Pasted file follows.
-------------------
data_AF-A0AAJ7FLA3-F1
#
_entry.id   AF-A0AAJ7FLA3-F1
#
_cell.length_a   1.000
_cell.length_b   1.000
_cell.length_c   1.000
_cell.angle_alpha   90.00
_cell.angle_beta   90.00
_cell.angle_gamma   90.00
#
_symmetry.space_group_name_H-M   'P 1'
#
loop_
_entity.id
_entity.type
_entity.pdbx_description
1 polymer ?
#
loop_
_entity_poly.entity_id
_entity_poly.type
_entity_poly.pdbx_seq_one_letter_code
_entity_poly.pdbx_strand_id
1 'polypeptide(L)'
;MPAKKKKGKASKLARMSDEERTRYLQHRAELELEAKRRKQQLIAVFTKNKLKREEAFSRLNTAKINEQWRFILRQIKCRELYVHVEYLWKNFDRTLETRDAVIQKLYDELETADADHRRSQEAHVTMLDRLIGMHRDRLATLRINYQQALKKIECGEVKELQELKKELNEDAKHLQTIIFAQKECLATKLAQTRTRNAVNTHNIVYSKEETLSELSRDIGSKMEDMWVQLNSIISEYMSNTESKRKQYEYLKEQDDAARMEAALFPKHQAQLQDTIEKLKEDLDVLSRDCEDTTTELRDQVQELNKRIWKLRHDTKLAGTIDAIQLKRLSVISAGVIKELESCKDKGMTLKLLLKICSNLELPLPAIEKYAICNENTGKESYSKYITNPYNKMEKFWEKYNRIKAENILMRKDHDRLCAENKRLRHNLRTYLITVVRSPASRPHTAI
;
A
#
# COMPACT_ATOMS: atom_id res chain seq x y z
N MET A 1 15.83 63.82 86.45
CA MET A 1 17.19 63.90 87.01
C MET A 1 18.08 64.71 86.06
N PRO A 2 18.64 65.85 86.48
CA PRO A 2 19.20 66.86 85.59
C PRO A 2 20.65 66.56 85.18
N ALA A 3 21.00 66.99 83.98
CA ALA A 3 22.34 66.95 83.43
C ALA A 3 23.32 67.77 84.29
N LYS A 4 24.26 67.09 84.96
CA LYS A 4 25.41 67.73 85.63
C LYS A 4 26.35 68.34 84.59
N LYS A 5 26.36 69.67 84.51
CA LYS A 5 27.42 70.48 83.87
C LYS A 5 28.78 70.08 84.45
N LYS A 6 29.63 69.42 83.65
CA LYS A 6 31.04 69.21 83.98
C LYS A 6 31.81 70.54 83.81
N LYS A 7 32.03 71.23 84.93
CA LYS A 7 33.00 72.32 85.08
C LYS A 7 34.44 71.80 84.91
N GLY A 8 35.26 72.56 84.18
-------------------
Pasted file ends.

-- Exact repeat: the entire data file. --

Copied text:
data_AF-A0AAJ7FLA3-F1
#
_entry.id   AF-A0AAJ7FLA3-F1
#
_cell.length_a   1.000
_cell.length_b   1.000
_cell.length_c   1.000
_cell.angle_alpha   90.00
_cell.angle_beta   90.00
_cell.angle_gamma   90.00
#
_symmetry.space_group_name_H-M   'P 1'
#
loop_
_entity.id
_entity.type
_entity.pdbx_description
1 polymer ?
#
loop_
_entity_poly.entity_id
_entity_poly.type
_entity_poly.pdbx_seq_one_letter_code
_entity_poly.pdbx_strand_id
1 'polypeptide(L)'
;MPAKKKKGKASKLARMSDEERTRYLQHRAELELEAKRRKQQLIAVFTKNKLKREEAFSRLNTAKINEQWRFILRQIKCRELYVHVEYLWKNFDRTLETRDAVIQKLYDELETADADHRRSQEAHVTMLDRLIGMHRDRLATLRINYQQALKKIECGEVKELQELKKELNEDAKHLQTIIFAQKECLATKLAQTRTRNAVNTHNIVYSKEETLSELSRDIGSKMEDMWVQLNSIISEYMSNTESKRKQYEYLKEQDDAARMEAALFPKHQAQLQDTIEKLKEDLDVLSRDCEDTTTELRDQVQELNKRIWKLRHDTKLAGTIDAIQLKRLSVISAGVIKELESCKDKGMTLKLLLKICSNLELPLPAIEKYAICNENTGKESYSKYITNPYNKMEKFWEKYNRIKAENILMRKDHDRLCAENKRLRHNLRTYLITVVRSPASRPHTAI
;
A
#
# COMPACT_ATOMS: atom_id res chain seq x y z
N MET A 1 15.83 63.82 86.45
CA MET A 1 17.19 63.90 87.01
C MET A 1 18.08 64.71 86.06
N PRO A 2 18.64 65.85 86.48
CA PRO A 2 19.20 66.86 85.59
C PRO A 2 20.65 66.56 85.18
N ALA A 3 21.00 66.99 83.98
CA ALA A 3 22.34 66.95 83.43
C ALA A 3 23.32 67.77 84.29
N LYS A 4 24.26 67.09 84.96
CA LYS A 4 25.41 67.73 85.63
C LYS A 4 26.35 68.34 84.59
N LYS A 5 26.36 69.67 84.51
CA LYS A 5 27.42 70.48 83.87
C LYS A 5 28.78 70.08 84.45
N LYS A 6 29.63 69.42 83.65
CA LYS A 6 31.04 69.21 83.98
C LYS A 6 31.81 70.54 83.81
N LYS A 7 32.03 71.23 84.93
CA LYS A 7 33.00 72.32 85.08
C LYS A 7 34.44 71.80 84.91
N GLY A 8 35.26 72.56 84.18